Prufrock's Wargaming Blog

Prufrock's Wargaming Blog

Thursday, June 22, 2017

Author of the Month: Galadrielle Allman

The recent death of Gregg Allman prompted me to go back and read Galadrielle Allman's brilliant and moving Please be with Me, about her father, Gregg's brother, Duane Allman.

(Image snaffled from same Amazon link as above)

It's a beautiful book, and one of the most wonderful, saddest things I've read. I don't know if you've ever fallen into a great book or a great movie so much that you start to live it, and find that at some point in that world you join something awful happens, and that that awful thing affects you deeply, and when you come back to that book or movie at some later point and go through the experience again you dread that moment, and sort of hope that this time, maybe, that thing won't happen, that the cup will pass, but it doesn't, and it damages you all over again, and yet in some way the whole experience is life-affirming.

Well, that's what this book is like.

I'll leave the second last word to Gregg Allman:




The last word I'll leave to Duane himself. He's on guitar here accompanying Wilson Pickett.


Anyway, next post will - I promise - be wargame related!

Friday, June 9, 2017

Phil Sabin talk online

Phil Sabin recently posted on the Lost Battles yahoo group that one of his wargaming talks - "Wargaming as an Academic Instrument" - had been put online. I haven't had a chance to listen to the whole thing yet, but for anyone who may be interested, here is the link.

Phil is one of the great thinkers in our area of interest and I'm sure the talk it will be essential listening.




Tuesday, June 6, 2017

Legoland Discovery Centre, Osaka

Yesterday we took the kids off on a mission to the Legoland Discovery Centre in Osaka. It was a good day out for them, and although busy, it was a much nicer place to visit (as far as I was concerned, anyway!) than either of the Disney or the Universal Studio parks.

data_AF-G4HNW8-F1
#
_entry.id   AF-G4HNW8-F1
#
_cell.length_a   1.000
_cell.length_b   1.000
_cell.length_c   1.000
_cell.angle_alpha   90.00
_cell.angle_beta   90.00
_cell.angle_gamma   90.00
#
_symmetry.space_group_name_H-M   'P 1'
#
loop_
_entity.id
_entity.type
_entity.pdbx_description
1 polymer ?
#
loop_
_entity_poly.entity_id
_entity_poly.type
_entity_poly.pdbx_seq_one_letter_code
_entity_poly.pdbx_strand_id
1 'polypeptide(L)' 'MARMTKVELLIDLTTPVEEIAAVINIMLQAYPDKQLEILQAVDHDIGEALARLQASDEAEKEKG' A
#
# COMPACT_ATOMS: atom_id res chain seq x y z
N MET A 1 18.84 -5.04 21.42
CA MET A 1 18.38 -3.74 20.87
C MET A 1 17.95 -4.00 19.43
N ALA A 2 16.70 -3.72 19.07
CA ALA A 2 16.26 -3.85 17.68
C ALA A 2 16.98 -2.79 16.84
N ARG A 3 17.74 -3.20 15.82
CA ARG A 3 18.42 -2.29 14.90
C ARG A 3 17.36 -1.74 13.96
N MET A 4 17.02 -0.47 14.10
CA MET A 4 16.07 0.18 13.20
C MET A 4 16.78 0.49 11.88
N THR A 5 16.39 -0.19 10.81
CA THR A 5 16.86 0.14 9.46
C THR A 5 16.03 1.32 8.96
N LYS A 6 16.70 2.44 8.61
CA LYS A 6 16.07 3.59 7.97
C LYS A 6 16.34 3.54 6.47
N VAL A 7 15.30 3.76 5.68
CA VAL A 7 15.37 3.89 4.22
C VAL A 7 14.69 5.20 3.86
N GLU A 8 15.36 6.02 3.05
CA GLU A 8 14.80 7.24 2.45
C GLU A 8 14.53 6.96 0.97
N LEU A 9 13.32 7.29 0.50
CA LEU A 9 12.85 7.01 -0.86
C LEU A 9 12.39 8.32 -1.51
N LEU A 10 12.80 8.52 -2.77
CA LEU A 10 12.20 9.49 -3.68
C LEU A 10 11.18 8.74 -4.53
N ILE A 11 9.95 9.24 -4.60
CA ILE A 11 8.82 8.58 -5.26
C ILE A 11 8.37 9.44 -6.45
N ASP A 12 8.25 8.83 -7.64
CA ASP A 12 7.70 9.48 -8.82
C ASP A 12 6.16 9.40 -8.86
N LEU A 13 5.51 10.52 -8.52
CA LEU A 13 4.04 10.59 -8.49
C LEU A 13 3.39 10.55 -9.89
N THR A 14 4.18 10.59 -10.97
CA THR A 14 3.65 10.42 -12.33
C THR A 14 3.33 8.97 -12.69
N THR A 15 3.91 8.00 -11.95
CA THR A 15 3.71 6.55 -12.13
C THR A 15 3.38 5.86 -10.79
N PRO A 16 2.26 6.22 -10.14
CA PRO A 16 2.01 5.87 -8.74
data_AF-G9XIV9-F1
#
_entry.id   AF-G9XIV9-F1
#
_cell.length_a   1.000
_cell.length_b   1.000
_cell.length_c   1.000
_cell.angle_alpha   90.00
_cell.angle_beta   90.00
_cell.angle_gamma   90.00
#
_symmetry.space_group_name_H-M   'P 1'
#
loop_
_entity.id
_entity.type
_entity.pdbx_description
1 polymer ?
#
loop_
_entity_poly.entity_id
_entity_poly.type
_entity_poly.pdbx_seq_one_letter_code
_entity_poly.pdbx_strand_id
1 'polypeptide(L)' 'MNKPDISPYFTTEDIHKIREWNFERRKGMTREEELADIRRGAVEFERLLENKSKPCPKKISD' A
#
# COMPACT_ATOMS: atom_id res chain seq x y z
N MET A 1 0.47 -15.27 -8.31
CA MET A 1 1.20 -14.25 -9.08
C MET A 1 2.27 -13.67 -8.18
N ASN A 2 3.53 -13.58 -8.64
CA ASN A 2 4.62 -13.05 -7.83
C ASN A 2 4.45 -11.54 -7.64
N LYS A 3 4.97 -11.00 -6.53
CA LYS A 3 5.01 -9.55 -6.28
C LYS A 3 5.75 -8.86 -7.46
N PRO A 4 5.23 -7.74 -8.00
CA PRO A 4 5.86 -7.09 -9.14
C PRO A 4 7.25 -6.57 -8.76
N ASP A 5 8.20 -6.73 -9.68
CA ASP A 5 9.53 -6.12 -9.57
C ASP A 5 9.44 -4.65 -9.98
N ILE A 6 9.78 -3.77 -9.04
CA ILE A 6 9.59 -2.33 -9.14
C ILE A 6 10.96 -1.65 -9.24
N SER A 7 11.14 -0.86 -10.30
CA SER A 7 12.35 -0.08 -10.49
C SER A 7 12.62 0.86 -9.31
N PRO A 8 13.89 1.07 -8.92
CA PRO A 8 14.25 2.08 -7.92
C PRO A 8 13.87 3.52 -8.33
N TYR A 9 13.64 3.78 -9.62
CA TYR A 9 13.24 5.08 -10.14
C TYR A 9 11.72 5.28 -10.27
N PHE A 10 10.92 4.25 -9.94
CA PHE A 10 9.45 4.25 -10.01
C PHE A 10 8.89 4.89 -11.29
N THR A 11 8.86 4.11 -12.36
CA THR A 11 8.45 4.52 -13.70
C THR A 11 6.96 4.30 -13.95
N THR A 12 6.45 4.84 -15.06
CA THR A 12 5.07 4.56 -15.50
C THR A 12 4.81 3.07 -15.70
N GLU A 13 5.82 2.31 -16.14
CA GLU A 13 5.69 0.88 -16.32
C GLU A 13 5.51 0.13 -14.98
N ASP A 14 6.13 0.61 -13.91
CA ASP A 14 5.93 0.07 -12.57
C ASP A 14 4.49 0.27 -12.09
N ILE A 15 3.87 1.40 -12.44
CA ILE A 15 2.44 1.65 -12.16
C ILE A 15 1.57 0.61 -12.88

They had a couple of kid-friendly rides, lots of themed play areas (where you could, of course, build your own Lego creations) a dining area, and a model city.

As you'd expect, the city was particularly impressive. Here are a few shots from the day.

Idyllic scenes - until you see a kaiju  arising behind the building!


A model of the Osaka Aquarium.

More Osaka landmarks.


The modelling was spectacular, and there were various interactive activities, too.

For this Sumo bout, two players would push buttons as fast as they could until their man won (or lost). 

Osaka Castle.

More scenes.
The entry fee was fairly reasonably priced and the attractions were great for our kids at the ages they are now. Twelve year olds might find it a little boring, but for younger ones, it hit the spot.

There was also a shop with plenty of Lego sets to buy, but these were not cheap (the Death Star for US$700, anyone?!) and the style does not appeal to me as much as those glorious castle sets from my own youth ( but which we were never rich enough to own, sadly!).

So, a good day out, but if I'm honest, I was not that much of a Lego kid: my heart belonged to those Playmobil cowboys and Indians.

Thursday, June 1, 2017

Roman Civil War armies review

I decided tonight for kicks to set up my Roman Civil War armies and see how they look on the new(ish) terrain tiles I've been working on now and again.











Worth a game, I reckon!

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